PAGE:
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Performing Arts Network Japan
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Latest trends in Kabuki, Noh/Kyogen and Bunraku   Kazumi Narabe (Journalist)
Latest trends in Kabuki, Noh/Kyogen and Bunraku   Kazumi Narabe (Journalist)
Bunraku
Bunraku is a form of puppet theater that arose in Osaka during the Edo Period. The puppets are manipulated to the recitation of joruri (the narrative) by reciters known as gidayu and the accompaniment of the low-pitched futozao shamisen. At first each puppet was manipulated by a single puppeteer, but the practice of sannin-zukai, in which a single puppet body is manipulated by three puppeteers, emerged during the 1700s. The omo-zukai (head puppeteer), who manipulates the head and right hand, is the leader, while the hidari-zukai (left puppeteer) manipulates the left hand and the ashi-zukai (foot puppeteer) manipulates the feet. Working in perfect unison, the three puppeteers were able to give the puppet a greater delicacy and richness of expression. One of the attractions of bunraku is that it is a human drama unfolded through the harmoniously combined efforts of these puppeteers, the shamisen-kata (shamisen player), and the tayu narrator, who recites the parts of distinct multiple characters.

Although bunraku had been very popular, the performances began to go continuously into the red from around 1955. In 1963, therefore, the national government, Osaka Prefecture, and NHK provided assistance and the Bunraku Association was established. Performers became craft artists affiliated with the Bunraku Association, and they hold performances at the Small Theatre of the National Theatre of Japan in Tokyo and at the National Bunraku Theatre in Osaka.
A television documentary on two living national treasures, the puppeteer YOSHIDA Tamao and the reciter TAKEMOTO Sumitayu, was broadcasted in 2001. This program, which showed the artists engaged in continuing study and training, brought about a sudden revival of bunraku popularity, and tickets to Tokyo performances have been impossible to obtain in the two years since. The heart of this popularity is the perfected performance art presented by the five living national treasures and other artists of bunraku.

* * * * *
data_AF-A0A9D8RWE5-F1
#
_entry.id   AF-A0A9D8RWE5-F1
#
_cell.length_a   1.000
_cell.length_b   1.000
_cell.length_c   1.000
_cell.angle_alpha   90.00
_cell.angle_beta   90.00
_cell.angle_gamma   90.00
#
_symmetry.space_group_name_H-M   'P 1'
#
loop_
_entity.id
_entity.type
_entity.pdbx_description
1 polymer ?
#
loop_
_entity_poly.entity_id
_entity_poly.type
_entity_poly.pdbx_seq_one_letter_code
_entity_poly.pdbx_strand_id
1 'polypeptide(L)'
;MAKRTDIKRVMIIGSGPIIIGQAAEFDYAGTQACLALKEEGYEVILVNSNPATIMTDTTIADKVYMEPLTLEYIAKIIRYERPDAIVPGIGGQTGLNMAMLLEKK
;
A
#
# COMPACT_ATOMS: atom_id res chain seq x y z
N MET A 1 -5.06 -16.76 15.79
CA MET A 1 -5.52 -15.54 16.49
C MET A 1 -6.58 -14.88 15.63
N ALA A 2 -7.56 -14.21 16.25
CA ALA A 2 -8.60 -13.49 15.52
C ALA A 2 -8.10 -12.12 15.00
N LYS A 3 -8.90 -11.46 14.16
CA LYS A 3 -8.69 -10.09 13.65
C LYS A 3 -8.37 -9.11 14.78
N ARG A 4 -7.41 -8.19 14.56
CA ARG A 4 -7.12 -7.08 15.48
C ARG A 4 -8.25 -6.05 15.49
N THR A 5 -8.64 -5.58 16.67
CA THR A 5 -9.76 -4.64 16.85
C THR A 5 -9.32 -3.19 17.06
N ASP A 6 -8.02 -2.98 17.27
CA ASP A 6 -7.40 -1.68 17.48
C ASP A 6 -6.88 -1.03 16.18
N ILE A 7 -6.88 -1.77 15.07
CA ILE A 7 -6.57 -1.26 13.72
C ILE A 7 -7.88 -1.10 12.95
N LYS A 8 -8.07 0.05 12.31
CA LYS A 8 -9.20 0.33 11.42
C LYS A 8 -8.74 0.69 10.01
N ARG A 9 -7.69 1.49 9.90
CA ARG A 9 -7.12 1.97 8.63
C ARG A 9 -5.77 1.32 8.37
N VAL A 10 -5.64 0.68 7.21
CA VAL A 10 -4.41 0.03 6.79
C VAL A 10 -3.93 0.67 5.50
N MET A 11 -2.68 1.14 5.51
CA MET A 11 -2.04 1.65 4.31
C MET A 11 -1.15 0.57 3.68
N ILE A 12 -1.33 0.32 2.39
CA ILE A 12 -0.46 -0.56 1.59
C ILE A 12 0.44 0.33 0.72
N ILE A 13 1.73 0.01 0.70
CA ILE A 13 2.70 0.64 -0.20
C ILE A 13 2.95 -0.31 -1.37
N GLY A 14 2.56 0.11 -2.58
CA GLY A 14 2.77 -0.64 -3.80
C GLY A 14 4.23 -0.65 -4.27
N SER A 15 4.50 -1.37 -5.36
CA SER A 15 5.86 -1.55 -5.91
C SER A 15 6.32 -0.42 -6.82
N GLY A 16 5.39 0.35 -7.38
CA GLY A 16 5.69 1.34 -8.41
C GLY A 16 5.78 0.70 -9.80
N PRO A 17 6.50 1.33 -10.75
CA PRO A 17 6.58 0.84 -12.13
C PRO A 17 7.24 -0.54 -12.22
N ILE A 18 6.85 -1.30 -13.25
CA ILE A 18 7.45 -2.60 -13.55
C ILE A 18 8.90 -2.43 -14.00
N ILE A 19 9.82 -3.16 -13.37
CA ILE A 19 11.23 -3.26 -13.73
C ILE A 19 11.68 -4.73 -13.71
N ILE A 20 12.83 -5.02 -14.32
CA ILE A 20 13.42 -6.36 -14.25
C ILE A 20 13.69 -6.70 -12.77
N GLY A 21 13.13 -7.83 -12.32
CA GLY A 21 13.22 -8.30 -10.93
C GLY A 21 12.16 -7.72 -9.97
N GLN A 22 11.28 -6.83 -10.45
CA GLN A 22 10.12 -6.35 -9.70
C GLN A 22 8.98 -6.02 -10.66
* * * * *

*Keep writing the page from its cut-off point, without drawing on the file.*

Bunraku does not have the same ie (family) system of kabuki to pass the art on from generation to generation, so any man with the necessary ability can find a future in bunraku. In fact, 44% of the 88 reciter, shamisen player, and puppeteer craft artists are people who have gone through the traditional performing artist training program started at the National Theatre in 1972 to foster successors in bunraku art. Many of these people came to the program without any previous background in bunraku. Trainees receive two years of basic education, after which they take part in stage performances under a master's instruction. It is a serious course of training, which is said to finally produce top-level results for foot puppeteers after ten years and left hand puppeteers after twenty years, while reciters are not said to attain that level until they are in their fifties. This training program has been fostering successors in the art, and one of its graduates, NOZAWA Kinya (a shamisen player), succeeded to the name of NOZAWA Kinshi V at the age of 41 in 1998.

There are promising signs for the next generation. The puppeteer YOSHIDA Minotaro succeeded to the name of KIRITAKE Kanjuro, for example, and a group of middle-level and younger performers staged a joint event at the National Theatre that also included gospel singing and other such performances in between the bunraku. There have also been su-joruri (stand-alone joruri) performances of the narration and shamisen accompaniment without puppets. In November 2003 bunraku was also designated a "Masterpiece of the Oral and Intangible Heritage of Humanity" by UNESCO. Still, the loss of three reciters in their fifties over the past several years has left a gap, and the living national treasures who are working to uphold the popularity of bunraku have grown old, YOSHIDA Tamao being 84 and TAKEMOTO Sumitayu 79. Therefore the change to the next generation remains an issue.
 
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